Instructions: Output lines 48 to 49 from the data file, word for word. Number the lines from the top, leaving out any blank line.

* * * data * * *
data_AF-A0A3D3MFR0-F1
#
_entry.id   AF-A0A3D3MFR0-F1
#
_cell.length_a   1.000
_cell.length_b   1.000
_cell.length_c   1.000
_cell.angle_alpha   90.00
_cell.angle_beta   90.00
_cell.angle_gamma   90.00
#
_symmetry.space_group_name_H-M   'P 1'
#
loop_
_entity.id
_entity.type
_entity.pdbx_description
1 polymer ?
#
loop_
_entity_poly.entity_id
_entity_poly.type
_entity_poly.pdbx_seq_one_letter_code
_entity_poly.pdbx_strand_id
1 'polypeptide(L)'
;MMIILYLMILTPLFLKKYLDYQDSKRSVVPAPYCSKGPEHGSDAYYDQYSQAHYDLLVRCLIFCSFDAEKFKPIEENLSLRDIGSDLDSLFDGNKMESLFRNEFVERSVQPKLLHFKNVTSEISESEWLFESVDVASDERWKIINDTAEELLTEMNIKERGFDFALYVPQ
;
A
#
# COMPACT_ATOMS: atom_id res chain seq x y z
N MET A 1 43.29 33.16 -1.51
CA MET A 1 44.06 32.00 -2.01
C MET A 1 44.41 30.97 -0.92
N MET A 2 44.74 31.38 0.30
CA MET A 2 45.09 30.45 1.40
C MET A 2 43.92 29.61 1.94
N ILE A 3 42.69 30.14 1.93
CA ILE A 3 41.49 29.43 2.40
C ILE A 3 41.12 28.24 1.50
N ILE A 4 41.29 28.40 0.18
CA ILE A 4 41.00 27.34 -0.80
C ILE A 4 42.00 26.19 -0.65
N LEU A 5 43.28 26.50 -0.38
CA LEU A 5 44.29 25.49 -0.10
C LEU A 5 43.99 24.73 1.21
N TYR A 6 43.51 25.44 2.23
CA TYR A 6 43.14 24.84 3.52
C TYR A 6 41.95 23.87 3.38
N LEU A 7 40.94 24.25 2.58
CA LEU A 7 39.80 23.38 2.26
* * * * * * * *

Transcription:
C TYR A 6 41.95 23.87 3.38
N LEU A 7 40.94 24.25 2.58